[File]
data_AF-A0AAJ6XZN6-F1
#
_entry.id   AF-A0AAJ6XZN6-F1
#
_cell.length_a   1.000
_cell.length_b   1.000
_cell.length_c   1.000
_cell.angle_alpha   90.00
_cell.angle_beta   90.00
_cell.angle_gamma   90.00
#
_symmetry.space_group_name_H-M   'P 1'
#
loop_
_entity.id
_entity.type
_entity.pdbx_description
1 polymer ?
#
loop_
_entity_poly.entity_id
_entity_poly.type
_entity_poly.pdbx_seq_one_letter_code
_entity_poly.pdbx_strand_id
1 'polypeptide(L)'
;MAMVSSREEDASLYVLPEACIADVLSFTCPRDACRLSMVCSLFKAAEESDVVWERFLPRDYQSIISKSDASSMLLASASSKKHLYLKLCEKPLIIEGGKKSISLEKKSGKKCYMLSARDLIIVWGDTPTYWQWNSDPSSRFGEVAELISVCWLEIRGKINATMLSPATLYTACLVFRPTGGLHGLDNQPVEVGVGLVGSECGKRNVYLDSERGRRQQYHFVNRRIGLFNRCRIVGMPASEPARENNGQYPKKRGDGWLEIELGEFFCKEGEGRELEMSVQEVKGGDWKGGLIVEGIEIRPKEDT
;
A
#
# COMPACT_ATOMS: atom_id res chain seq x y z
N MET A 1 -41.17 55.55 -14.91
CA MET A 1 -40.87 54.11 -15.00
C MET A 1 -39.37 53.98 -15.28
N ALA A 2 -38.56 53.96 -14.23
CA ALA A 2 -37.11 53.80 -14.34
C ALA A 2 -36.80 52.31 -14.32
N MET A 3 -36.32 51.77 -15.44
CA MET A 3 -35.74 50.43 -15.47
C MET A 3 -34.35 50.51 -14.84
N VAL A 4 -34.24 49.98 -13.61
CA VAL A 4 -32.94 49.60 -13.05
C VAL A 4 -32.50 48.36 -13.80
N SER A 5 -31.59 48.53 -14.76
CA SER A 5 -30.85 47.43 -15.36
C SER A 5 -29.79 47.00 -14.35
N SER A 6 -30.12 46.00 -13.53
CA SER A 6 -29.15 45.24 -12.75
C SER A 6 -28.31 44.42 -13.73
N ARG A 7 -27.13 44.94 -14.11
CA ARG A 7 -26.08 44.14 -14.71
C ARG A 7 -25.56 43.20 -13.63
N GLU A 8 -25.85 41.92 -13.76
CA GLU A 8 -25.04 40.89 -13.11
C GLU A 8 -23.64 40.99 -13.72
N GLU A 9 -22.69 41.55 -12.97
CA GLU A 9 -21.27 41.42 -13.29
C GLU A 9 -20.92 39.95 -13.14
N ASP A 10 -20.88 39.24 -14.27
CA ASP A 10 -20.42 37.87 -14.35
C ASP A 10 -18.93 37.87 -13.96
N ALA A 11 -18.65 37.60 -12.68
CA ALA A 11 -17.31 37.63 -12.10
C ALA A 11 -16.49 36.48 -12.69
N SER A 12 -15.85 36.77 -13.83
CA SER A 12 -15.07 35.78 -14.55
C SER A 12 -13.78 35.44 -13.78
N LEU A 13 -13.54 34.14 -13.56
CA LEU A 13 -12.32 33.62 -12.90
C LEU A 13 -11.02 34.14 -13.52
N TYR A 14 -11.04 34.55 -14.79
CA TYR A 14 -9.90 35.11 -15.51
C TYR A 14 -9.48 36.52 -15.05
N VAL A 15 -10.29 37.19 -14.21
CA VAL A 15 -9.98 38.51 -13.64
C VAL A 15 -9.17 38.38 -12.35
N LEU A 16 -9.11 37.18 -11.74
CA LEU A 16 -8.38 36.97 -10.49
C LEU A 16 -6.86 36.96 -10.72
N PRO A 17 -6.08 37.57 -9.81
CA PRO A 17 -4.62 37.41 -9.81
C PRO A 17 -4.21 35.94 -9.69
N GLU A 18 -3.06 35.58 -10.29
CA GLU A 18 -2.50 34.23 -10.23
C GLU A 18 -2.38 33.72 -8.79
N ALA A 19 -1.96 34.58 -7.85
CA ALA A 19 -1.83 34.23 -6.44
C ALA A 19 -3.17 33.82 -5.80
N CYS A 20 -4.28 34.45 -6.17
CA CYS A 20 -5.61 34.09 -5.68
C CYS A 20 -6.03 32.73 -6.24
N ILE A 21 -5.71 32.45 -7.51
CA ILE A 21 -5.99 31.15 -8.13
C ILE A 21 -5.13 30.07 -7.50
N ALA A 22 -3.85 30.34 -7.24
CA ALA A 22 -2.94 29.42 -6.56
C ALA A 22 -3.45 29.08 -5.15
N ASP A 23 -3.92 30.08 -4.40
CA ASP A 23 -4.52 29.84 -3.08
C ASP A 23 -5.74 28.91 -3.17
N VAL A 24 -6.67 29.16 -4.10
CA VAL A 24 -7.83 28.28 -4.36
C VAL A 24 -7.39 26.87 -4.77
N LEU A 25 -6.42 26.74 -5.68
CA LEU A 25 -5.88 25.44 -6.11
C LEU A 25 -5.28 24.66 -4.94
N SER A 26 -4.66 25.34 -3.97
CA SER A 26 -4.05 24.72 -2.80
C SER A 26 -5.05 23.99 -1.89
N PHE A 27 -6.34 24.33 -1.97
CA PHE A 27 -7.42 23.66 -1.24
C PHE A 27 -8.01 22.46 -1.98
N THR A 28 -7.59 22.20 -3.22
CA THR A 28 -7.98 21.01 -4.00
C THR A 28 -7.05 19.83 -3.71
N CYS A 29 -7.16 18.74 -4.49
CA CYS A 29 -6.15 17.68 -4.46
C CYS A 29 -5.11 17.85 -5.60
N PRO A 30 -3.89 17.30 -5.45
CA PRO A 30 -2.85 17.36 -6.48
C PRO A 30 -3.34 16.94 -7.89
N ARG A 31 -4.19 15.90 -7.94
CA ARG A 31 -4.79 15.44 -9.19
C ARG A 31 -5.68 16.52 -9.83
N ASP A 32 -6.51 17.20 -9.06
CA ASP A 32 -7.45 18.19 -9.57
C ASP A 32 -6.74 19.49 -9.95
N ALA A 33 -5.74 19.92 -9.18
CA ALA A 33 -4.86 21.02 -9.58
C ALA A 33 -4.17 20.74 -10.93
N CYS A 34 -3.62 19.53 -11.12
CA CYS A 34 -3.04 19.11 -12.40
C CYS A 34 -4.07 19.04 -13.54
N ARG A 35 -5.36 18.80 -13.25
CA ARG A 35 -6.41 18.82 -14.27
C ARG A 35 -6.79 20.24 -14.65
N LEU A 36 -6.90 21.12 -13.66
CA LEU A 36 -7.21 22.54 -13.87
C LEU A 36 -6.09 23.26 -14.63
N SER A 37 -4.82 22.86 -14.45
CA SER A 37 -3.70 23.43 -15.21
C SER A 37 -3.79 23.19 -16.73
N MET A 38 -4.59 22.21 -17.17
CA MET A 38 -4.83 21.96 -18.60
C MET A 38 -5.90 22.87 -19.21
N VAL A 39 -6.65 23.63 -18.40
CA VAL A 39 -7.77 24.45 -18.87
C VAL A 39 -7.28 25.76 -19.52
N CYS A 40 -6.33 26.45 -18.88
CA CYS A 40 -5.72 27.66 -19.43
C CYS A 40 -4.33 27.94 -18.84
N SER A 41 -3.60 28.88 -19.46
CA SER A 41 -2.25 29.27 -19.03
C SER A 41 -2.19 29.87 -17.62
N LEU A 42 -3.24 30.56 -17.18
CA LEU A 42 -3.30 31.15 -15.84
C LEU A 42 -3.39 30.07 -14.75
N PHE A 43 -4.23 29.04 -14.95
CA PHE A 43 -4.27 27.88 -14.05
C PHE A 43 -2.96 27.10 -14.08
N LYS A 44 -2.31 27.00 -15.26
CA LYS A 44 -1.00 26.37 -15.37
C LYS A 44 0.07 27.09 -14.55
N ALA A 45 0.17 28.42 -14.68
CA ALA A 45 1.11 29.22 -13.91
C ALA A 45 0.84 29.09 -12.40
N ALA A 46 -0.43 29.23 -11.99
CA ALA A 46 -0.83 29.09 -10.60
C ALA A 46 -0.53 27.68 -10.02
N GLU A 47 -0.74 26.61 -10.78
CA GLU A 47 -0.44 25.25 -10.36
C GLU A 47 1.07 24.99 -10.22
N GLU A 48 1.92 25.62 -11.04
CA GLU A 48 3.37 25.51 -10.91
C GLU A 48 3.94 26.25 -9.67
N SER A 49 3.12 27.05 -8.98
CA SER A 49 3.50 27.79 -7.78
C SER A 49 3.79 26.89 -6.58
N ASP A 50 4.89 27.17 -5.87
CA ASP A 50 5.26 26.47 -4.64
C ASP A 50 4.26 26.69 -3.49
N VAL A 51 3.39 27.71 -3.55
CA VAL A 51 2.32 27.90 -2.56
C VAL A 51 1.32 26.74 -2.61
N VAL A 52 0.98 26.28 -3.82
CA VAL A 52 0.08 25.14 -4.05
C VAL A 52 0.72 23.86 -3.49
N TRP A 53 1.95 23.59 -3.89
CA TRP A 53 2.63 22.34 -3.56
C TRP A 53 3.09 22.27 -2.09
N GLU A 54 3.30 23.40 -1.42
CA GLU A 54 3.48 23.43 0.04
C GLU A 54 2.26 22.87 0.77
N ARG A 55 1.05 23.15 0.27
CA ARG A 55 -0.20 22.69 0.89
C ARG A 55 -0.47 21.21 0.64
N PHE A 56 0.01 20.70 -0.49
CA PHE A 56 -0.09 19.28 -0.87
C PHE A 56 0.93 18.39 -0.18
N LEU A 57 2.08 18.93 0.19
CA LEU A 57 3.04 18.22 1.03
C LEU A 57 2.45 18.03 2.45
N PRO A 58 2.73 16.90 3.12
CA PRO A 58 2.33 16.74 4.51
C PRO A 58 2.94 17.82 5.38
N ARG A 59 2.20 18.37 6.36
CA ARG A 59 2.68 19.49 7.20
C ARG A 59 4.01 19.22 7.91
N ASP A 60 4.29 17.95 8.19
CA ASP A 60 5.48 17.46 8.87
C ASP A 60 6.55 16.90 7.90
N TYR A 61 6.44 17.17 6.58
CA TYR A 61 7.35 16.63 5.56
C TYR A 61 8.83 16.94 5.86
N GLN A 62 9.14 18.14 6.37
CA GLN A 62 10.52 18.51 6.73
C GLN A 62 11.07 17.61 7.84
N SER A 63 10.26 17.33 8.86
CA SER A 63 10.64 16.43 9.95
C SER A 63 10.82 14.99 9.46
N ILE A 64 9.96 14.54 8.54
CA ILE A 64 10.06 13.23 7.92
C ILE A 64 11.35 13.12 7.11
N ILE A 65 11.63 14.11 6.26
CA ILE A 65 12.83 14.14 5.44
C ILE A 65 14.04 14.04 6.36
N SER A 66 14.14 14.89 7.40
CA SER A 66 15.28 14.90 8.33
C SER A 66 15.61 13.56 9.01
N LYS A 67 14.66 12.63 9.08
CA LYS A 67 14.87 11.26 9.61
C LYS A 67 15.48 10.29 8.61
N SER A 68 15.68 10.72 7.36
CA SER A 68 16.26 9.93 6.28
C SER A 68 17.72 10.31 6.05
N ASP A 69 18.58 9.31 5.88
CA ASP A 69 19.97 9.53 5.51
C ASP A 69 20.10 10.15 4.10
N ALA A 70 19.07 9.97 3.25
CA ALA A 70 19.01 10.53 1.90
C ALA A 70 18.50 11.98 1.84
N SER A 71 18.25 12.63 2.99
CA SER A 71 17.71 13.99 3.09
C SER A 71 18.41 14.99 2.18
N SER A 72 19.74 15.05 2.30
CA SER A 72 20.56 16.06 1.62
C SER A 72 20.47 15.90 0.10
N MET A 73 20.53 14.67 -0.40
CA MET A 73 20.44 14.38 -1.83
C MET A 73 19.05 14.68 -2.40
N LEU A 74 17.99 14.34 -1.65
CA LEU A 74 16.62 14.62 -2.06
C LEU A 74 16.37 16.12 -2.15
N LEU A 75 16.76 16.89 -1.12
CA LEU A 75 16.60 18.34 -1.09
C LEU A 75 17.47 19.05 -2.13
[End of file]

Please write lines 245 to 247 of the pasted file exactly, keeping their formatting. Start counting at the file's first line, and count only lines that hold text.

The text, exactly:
CA SER A 72 20.56 16.06 1.62
C SER A 72 20.47 15.90 0.10
N MET A 73 20.53 14.67 -0.40